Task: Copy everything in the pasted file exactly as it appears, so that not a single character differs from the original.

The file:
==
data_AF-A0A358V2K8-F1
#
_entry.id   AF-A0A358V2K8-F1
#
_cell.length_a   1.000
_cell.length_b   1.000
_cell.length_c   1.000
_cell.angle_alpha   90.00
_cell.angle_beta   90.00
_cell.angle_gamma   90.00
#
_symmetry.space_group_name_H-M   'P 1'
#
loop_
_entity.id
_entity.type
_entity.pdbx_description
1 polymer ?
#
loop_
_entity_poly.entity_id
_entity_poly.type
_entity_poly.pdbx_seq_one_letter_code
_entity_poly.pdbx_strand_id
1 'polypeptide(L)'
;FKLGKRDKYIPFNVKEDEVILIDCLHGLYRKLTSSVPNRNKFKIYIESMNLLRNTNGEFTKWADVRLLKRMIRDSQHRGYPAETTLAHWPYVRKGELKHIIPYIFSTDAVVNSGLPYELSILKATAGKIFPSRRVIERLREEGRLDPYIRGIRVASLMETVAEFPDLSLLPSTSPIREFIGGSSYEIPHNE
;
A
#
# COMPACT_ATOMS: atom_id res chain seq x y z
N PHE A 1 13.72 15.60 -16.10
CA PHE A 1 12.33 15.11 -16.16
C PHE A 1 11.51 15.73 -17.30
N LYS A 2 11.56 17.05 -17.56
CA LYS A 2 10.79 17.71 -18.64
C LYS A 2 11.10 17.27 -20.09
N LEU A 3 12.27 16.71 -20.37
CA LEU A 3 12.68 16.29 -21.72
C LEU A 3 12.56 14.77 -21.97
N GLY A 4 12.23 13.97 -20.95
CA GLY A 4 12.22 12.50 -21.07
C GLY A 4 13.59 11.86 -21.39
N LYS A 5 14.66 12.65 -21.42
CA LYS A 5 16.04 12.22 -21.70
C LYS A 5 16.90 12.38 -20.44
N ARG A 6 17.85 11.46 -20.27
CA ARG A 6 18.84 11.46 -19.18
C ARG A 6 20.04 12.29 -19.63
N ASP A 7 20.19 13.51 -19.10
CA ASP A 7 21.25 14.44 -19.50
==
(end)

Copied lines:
data_AF-A0A358V2K8-F1
#
_entry.id   AF-A0A358V2K8-F1
#
_cell.length_a   1.000
_cell.length_b   1.000
_cell.length_c   1.000
_cell.angle_alpha   90.00
_cell.angle_beta   90.00
_cell.angle_gamma   90.00
#
_symmetry.space_group_name_H-M   'P 1'
#
loop_
_entity.id
_entity.type
_entity.pdbx_description
1 polymer ?
#
loop_
_entity_poly.entity_id
_entity_poly.type
_entity_poly.pdbx_seq_one_letter_code
_entity_poly.pdbx_strand_id
1 'polypeptide(L)'
;FKLGKRDKYIPFNVKEDEVILIDCLHGLYRKLTSSVPNRNKFKIYIESMNLLRNTNGEFTKWADVRLLKRMIRDSQHRGYPAETTLAHWPYVRKGELKHIIPYIFSTDAVVNSGLPYELSILKATAGKIFPSRRVIERLREEGRLDPYIRGIRVASLMETVAEFPDLSLLPSTSPIREFIGGSSYEIPHNE
;
A
#
# COMPACT_ATOMS: atom_id res chain seq x y z
N PHE A 1 13.72 15.60 -16.10
CA PHE A 1 12.33 15.11 -16.16
C PHE A 1 11.51 15.73 -17.30
N LYS A 2 11.56 17.05 -17.56
CA LYS A 2 10.79 17.71 -18.64
C LYS A 2 11.10 17.27 -20.09
N LEU A 3 12.27 16.71 -20.37
CA LEU A 3 12.68 16.29 -21.72
C LEU A 3 12.56 14.77 -21.97
N GLY A 4 12.23 13.97 -20.95
CA GLY A 4 12.22 12.50 -21.07
C GLY A 4 13.59 11.86 -21.39
N LYS A 5 14.66 12.65 -21.42
CA LYS A 5 16.04 12.22 -21.70
C LYS A 5 16.90 12.38 -20.44
N ARG A 6 17.85 11.46 -20.27
CA ARG A 6 18.84 11.46 -19.18
C ARG A 6 20.04 12.29 -19.63
N ASP A 7 20.19 13.51 -19.10
CA ASP A 7 21.25 14.44 -19.50